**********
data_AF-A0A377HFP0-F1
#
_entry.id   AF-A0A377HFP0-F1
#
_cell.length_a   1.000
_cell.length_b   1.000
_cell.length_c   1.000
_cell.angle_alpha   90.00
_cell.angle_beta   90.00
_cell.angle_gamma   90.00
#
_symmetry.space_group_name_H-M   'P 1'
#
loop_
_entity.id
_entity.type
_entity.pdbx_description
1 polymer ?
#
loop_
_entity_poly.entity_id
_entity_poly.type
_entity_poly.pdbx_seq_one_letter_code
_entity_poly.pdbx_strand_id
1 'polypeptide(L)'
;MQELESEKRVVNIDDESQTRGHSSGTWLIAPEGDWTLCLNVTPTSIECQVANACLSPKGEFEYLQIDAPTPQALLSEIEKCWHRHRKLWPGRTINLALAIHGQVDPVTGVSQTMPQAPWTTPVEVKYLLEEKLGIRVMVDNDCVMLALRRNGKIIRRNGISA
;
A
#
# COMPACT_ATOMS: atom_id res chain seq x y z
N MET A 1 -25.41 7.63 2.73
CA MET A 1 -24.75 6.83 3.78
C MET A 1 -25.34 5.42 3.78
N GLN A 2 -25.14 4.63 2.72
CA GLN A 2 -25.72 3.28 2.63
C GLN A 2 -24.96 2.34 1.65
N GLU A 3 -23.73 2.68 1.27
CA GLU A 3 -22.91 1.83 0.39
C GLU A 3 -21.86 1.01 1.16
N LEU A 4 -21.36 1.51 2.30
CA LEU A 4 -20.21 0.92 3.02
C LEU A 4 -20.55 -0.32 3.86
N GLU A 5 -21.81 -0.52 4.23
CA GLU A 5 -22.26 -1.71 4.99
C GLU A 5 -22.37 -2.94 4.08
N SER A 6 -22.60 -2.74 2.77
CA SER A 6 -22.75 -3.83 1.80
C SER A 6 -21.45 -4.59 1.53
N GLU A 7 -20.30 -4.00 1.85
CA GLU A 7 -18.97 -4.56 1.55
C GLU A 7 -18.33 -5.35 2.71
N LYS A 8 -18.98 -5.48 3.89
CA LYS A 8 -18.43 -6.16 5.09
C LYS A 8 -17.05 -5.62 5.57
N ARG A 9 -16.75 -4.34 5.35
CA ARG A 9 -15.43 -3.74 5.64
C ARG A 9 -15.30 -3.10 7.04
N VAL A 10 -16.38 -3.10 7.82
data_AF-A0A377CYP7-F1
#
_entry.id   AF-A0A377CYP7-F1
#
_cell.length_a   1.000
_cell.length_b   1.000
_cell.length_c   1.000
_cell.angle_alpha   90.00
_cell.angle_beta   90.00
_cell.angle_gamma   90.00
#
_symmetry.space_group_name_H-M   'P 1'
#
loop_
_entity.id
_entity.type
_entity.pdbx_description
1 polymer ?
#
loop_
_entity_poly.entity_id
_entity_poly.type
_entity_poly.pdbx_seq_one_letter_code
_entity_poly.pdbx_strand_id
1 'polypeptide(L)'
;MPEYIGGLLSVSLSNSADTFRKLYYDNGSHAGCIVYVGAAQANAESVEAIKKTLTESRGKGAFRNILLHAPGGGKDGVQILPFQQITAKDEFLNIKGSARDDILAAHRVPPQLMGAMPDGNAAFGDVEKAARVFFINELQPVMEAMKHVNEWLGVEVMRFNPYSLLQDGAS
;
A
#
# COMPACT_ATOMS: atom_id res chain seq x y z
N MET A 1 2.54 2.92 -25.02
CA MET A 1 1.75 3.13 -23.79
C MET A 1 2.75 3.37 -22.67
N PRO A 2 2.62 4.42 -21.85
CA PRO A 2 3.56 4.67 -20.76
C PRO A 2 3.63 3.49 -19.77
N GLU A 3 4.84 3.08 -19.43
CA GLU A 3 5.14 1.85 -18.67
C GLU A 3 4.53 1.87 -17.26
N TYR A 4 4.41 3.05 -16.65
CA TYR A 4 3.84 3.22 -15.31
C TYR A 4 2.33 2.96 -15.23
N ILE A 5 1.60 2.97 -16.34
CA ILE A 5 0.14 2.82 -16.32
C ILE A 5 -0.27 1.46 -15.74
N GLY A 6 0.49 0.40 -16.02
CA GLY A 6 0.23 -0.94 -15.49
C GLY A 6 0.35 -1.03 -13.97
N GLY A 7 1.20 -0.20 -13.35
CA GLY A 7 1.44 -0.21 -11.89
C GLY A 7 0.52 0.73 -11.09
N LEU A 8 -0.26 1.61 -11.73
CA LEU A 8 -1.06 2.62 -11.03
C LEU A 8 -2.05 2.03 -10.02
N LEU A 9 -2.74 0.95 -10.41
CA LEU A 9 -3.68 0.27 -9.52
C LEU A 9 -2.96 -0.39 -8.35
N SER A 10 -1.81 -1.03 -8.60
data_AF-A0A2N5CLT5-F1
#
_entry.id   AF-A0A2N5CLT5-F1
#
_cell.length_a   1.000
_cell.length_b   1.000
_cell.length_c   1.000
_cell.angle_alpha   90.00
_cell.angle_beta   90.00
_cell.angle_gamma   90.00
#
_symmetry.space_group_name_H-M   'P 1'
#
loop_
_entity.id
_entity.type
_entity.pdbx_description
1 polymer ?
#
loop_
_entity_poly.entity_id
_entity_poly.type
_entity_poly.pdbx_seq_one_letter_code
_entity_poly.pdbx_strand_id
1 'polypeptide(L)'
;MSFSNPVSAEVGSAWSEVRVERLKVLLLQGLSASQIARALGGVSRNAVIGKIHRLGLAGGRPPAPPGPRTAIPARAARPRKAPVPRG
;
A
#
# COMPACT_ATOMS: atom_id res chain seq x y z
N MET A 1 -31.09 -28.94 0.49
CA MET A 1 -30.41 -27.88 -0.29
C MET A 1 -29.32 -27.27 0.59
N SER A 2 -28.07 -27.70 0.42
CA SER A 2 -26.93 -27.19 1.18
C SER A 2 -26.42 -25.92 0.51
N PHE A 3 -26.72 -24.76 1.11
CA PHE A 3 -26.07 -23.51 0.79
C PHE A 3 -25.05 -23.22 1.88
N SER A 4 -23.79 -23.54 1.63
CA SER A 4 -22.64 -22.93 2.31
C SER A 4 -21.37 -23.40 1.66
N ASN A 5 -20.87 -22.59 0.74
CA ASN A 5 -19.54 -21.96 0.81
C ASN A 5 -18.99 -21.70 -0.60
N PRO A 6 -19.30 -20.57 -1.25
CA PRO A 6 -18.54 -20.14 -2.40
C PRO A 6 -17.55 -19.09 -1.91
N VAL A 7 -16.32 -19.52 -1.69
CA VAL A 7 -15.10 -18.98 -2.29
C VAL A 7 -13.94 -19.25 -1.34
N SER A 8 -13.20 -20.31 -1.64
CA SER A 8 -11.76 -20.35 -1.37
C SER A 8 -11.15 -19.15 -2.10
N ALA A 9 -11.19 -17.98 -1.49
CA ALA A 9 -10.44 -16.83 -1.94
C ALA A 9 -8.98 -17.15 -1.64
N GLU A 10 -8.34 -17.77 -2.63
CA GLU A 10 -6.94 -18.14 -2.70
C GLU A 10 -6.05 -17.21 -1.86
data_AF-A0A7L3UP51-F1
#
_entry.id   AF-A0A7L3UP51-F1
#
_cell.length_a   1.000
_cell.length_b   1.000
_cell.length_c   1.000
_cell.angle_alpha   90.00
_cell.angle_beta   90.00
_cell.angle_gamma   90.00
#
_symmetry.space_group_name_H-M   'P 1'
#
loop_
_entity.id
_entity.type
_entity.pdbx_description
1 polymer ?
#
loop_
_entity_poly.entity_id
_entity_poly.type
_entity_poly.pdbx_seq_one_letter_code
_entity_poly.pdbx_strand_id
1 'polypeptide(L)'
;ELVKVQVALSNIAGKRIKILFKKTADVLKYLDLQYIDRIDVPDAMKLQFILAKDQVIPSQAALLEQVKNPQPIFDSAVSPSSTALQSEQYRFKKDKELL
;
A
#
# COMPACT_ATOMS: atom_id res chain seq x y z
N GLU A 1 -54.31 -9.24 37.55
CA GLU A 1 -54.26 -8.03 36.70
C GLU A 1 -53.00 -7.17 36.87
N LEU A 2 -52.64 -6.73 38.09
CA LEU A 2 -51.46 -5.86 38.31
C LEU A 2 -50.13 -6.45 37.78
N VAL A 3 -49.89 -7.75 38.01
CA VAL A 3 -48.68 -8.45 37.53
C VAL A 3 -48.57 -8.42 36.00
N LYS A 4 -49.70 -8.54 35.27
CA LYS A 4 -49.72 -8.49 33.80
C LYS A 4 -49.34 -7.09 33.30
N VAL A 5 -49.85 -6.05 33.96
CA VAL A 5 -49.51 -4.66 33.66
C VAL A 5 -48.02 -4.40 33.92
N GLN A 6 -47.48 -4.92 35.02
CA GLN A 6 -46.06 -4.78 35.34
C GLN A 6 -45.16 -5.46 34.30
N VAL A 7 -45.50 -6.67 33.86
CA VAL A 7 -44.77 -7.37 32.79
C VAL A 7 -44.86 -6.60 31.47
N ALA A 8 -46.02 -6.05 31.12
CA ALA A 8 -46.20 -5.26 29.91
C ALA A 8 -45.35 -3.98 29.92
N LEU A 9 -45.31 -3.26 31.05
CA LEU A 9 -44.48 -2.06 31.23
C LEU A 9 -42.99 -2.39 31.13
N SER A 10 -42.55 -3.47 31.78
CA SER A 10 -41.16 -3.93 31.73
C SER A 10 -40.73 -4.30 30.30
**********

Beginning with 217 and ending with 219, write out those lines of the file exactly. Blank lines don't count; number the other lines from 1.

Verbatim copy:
CA LYS A 4 -49.72 -8.49 33.80
C LYS A 4 -49.34 -7.09 33.30
N VAL A 5 -49.85 -6.05 33.96